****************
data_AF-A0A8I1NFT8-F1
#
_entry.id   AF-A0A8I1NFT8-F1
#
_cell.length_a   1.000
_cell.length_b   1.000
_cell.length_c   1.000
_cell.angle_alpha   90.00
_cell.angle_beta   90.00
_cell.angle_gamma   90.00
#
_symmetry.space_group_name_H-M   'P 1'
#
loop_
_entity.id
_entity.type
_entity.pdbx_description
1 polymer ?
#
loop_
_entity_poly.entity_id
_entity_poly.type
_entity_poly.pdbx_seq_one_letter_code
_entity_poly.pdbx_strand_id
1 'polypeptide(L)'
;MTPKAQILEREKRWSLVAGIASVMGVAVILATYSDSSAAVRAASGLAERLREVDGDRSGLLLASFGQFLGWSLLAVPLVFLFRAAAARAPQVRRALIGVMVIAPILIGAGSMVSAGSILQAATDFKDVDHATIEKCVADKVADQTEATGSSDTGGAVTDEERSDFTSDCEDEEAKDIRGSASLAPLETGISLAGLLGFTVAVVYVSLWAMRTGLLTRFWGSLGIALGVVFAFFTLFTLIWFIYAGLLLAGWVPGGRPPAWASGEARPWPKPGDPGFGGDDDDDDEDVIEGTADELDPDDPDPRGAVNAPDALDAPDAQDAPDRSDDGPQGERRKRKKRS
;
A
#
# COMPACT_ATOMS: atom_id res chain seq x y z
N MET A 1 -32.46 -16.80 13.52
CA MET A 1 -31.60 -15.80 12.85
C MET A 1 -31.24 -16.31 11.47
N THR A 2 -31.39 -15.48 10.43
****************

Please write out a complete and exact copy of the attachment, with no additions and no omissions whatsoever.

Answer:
data_AF-A0A8I1NFT8-F1
#
_entry.id   AF-A0A8I1NFT8-F1
#
_cell.length_a   1.000
_cell.length_b   1.000
_cell.length_c   1.000
_cell.angle_alpha   90.00
_cell.angle_beta   90.00
_cell.angle_gamma   90.00
#
_symmetry.space_group_name_H-M   'P 1'
#
loop_
_entity.id
_entity.type
_entity.pdbx_description
1 polymer ?
#
loop_
_entity_poly.entity_id
_entity_poly.type
_entity_poly.pdbx_seq_one_letter_code
_entity_poly.pdbx_strand_id
1 'polypeptide(L)'
;MTPKAQILEREKRWSLVAGIASVMGVAVILATYSDSSAAVRAASGLAERLREVDGDRSGLLLASFGQFLGWSLLAVPLVFLFRAAAARAPQVRRALIGVMVIAPILIGAGSMVSAGSILQAATDFKDVDHATIEKCVADKVADQTEATGSSDTGGAVTDEERSDFTSDCEDEEAKDIRGSASLAPLETGISLAGLLGFTVAVVYVSLWAMRTGLLTRFWGSLGIALGVVFAFFTLFTLIWFIYAGLLLAGWVPGGRPPAWASGEARPWPKPGDPGFGGDDDDDDEDVIEGTADELDPDDPDPRGAVNAPDALDAPDAQDAPDRSDDGPQGERRKRKKRS
;
A
#
# COMPACT_ATOMS: atom_id res chain seq x y z
N MET A 1 -32.46 -16.80 13.52
CA MET A 1 -31.60 -15.80 12.85
C MET A 1 -31.24 -16.31 11.47
N THR A 2 -31.39 -15.48 10.43